U.S. producer prices rose more than expected in November, lifted by a surge in energy costs, and recorded the first year-on-year gain since last November, according to a government report on Tuesday.
The Labor Department said the seasonally adjusted index for prices paid at the farm and factory gate jumped 1.8 percent, the largest gain in three months, following a 0.3 percent rise in October.
Analysts polled by Reuters had expected producer prices to increase by 0.8 percent last month. Compared with the same period last year, producer prices surged 2.4 percent in November, posting their first gain in a year and the largest rise since October 2008.
Markets had expected producer prices to increase 1.6 percent versus a year ago.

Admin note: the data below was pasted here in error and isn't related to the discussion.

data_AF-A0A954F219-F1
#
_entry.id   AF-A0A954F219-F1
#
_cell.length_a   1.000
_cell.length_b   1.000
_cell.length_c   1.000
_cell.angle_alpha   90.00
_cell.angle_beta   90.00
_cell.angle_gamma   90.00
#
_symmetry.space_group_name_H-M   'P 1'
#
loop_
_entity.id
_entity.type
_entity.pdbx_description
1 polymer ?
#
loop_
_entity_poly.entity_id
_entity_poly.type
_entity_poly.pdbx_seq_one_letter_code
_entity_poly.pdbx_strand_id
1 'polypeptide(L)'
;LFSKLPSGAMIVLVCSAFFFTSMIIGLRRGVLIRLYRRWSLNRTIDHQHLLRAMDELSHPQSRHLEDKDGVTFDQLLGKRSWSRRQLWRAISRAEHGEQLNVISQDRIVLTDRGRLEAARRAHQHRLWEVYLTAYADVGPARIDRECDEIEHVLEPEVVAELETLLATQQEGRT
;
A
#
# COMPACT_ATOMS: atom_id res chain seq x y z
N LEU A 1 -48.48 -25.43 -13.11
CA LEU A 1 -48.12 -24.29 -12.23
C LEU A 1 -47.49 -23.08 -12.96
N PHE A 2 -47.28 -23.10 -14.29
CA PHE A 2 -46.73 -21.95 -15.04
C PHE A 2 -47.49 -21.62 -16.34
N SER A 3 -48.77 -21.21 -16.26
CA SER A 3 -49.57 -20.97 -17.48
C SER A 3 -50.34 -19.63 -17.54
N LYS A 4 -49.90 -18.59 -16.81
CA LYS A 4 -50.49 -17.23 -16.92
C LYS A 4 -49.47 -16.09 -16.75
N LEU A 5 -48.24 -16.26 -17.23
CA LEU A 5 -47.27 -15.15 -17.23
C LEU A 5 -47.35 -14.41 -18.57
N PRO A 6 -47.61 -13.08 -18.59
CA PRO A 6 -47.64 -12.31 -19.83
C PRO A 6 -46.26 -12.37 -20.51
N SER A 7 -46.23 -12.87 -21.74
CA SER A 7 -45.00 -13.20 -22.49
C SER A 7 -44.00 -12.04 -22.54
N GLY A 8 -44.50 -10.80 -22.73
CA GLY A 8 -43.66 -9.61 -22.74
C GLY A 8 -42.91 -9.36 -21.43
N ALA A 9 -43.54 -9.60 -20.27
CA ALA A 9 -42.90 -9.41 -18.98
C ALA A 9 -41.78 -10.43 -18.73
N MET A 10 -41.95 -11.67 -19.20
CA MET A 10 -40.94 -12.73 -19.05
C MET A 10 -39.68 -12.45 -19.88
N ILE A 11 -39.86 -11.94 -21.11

The data came as the Federal Reserve prepared to start a regular two-day meeting to deliberate on monetary policy.
The U.S. central bank is expected to leave interest rates steady near zero, but analysts will been keen to see if it maintains its pledge to keep borrowing costs ultra low for an extended period. This comes as recent economic reports have pointed to a recovery that is becoming entrenched.
The Labor Department said gasoline prices rose 14.2 percent month, eclipsing a sharp moderation in food price increases.
Core producer prices, which exclude food and energy costs, rose a larger-than-expected 0.5 percent last month after surprising markets with a 0.6 percent fall in October. The core index had been forecast to rise 0.2 percent in November. Core prices last month were lifted by a rebound in prices for light motor trucks.
The core producer price index rose 1.2 percent measured on a year-on-year basis, versus a forecast for a 0.9 percent gain. The core index, excluding cars and light trucks, rose 0.2 percent from October. Light motor truck prices, which had depressed core producer prices in October, rose 4.2 percent last month, the largest gain since November 2006
(Reporting by Lucia Mutikani; Editing by Andrea Ricci)